By this time of year, most high school seniors across the country have received acceptance letters from colleges and universities. As many of us know, the college admissions process is daunting for any high school senior and their families. For first generation college applicants, it is a confusing and intimidating maze. Too many students and families just give up on the process altogether. The resources students have access to for guiding them through the admissions process vary greatly based on their school and family.
In Baltimore City, like many large urban school districts, the ratio of high school students to counselors is around 300 to 1, and their responsibilities often span from emotional health and wellness counseling to college and career advisement. Students attending a private independent school in the area may benefit from a counselor ratio of 50 students to one, and that counselor is likely solely focused on college advising. Advising for low-income and often first generation college applicants is a systemic challenge that presents an individual barrier for the student. Having a solid academic performance record is essential, but without significant guidance from a counselor, these students are at a disadvantage in the college process.
Several high poverty schools serving first generation college applicants have innovative student counseling programs that provide college, career and financial aid guidance, however. And one Baltimore middle school provides counseling support to their eighth grade graduates all the way through to college: Saint Ignatius Loyola Academy. The tuition-free, Jesuit, all boys school serving low-income families in Baltimore City ends in eighth grade, but two full-time counselors are dedicated to supporting students after they leave the academy; their daily work is with students who no longer attend the school.
Academy graduates typically go on to attend and graduate from many wonderful public and private college-preparatory high schools in Maryland and boarding schools in the northeast. Since its inception in 1993, 98 percent of the academy's students have successfully completed high school. But the college guidance resources they can access vary from school to school, so the academy's graduate counselors provide advising and mentoring to supplement what is offered at each high school. They deliver individualized support and work in concert with high school counselors, guiding families through the financial aid process and assisting them in evaluating acceptances and aid packages.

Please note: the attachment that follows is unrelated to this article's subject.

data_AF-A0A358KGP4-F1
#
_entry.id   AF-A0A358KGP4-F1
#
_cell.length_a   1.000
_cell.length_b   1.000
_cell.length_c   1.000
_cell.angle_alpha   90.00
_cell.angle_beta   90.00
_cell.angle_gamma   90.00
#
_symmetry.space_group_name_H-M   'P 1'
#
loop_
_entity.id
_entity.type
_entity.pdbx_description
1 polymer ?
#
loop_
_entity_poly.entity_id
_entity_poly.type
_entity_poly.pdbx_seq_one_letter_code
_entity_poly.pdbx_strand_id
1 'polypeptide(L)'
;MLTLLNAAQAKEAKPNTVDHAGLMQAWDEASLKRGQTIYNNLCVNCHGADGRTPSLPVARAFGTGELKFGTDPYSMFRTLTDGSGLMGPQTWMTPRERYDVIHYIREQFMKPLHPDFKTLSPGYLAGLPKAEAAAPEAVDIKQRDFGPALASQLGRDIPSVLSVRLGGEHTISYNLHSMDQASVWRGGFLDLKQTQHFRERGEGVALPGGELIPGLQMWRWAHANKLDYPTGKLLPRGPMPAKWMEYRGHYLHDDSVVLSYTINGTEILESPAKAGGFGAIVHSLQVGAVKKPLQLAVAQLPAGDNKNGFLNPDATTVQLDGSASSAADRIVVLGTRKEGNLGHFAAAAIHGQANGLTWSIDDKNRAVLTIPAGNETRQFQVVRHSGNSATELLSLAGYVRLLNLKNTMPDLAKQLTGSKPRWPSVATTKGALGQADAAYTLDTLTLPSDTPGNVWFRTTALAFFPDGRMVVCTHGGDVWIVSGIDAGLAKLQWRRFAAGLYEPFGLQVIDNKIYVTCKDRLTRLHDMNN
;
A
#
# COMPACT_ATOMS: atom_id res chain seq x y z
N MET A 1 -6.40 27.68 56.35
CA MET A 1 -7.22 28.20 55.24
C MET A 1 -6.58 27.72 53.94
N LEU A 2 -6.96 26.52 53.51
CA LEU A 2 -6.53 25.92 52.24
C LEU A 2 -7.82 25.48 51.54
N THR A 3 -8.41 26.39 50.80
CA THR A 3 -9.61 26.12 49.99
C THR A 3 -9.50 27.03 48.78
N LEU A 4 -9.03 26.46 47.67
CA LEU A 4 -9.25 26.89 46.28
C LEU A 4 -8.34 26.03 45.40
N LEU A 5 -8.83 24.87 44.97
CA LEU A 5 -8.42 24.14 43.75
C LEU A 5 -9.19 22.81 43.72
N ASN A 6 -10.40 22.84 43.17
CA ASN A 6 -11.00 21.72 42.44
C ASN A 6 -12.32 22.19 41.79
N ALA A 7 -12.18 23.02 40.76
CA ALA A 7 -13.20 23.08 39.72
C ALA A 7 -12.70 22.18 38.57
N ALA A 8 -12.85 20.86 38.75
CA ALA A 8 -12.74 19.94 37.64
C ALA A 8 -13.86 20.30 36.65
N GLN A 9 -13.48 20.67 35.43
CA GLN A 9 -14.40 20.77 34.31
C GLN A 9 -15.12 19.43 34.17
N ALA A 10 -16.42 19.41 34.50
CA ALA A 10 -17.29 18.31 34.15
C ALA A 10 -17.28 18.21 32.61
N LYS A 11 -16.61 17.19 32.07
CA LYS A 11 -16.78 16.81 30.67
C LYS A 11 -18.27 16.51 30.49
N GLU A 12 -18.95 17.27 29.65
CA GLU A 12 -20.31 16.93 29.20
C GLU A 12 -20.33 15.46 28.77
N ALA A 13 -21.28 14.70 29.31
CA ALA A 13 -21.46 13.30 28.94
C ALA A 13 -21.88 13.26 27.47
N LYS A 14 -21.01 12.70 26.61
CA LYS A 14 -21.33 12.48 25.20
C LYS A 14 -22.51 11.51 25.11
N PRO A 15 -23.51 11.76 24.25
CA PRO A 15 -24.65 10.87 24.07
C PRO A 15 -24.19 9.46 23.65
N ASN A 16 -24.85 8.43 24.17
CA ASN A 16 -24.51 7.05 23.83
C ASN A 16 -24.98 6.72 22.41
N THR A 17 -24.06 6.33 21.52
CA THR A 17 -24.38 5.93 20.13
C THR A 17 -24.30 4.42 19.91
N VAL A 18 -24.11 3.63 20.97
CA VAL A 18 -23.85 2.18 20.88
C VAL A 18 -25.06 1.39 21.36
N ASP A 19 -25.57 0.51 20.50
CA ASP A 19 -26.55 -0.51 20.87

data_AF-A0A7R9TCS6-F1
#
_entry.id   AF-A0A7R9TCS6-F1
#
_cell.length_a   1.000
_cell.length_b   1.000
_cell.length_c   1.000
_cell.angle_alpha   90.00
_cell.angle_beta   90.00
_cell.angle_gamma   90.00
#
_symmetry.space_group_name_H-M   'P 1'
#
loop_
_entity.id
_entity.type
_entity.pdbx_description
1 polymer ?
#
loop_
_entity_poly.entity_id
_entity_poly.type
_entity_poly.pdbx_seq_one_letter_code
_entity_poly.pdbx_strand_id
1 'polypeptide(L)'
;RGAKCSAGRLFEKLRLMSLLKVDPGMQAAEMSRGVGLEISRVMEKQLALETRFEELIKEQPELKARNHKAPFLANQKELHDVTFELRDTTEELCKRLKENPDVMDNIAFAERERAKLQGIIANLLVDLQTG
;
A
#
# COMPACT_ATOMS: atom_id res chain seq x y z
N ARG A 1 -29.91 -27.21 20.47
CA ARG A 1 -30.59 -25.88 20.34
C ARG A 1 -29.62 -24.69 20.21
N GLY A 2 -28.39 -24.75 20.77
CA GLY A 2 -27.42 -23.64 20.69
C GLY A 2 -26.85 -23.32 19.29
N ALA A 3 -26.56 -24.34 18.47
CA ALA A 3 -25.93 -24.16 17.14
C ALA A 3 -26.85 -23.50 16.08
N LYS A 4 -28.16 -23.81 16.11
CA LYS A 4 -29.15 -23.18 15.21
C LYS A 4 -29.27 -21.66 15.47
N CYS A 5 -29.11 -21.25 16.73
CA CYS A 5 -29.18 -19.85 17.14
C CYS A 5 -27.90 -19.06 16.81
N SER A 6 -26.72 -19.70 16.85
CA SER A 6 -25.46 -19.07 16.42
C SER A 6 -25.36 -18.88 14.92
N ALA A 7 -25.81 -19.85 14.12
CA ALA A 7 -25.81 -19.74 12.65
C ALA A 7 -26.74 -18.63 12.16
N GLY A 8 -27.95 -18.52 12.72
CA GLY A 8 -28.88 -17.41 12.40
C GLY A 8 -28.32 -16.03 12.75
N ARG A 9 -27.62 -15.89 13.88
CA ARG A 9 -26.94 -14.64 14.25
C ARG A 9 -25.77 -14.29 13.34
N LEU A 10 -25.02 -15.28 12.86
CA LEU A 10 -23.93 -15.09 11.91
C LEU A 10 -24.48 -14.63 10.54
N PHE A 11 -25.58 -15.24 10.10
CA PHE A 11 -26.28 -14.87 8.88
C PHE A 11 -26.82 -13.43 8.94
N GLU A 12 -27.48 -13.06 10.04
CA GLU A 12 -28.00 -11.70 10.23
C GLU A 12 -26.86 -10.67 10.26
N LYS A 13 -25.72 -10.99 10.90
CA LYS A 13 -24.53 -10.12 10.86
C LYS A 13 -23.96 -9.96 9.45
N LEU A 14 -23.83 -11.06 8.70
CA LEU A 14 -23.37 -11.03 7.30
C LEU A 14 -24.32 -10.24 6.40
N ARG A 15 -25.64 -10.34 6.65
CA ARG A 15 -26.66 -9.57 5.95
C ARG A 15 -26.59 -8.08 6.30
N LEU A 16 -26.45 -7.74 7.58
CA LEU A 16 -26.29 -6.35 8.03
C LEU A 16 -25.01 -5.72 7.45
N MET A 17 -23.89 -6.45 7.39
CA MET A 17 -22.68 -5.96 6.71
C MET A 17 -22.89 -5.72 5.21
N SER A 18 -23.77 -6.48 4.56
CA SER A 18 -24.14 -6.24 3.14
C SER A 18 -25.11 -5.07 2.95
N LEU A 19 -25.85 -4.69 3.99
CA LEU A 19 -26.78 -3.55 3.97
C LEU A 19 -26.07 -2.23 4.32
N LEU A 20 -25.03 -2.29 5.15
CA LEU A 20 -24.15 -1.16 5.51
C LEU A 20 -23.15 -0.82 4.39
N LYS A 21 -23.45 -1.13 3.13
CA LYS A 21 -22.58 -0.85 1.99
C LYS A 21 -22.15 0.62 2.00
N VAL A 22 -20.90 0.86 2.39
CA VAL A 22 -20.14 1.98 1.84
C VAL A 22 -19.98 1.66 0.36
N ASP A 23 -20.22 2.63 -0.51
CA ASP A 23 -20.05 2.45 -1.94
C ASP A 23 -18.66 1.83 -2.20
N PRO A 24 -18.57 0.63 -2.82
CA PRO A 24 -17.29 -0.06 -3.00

The graduate support counselors stay in contact with students as they prepare to leave for college, and they continue to check-in with them throughout their first year and beyond. They advise them on the many challenges faced by first generation students, like managing changes in financial aid awards from year-to-year, navigating campus culture to access resources, managing self-doubt about their abilities, making social connections within the campus culture, and balancing family and college responsibilities.
The Maryland statewide rate for males from low-income families enrolling in college within a year after high school graduation is 46 percent. In Baltimore City, it drops to 42 percent. Graduates from St. Ignatius Loyola Academy enroll at a rate of 77 percent. In Baltimore, the college enrollment for students 12 months after their high school graduation is 50 percent. In Montgomery County, a more affluent suburban Maryland area, that rate is 75 percent.
Two years after high school, 95 percent of those St. Ignatius graduates who enrolled in college are still enrolled, significantly increasing their chances of earning a degree. By offering continued counseling and support to graduates through high school and into college, Saint Ignatius Loyola Academy supports young men in Baltimore City to break down the barriers to educational access while securing greater equity for their futures.
John Ciccone is president of Saint Ignatius Loyola Academy; his email is firstname.lastname@example.org.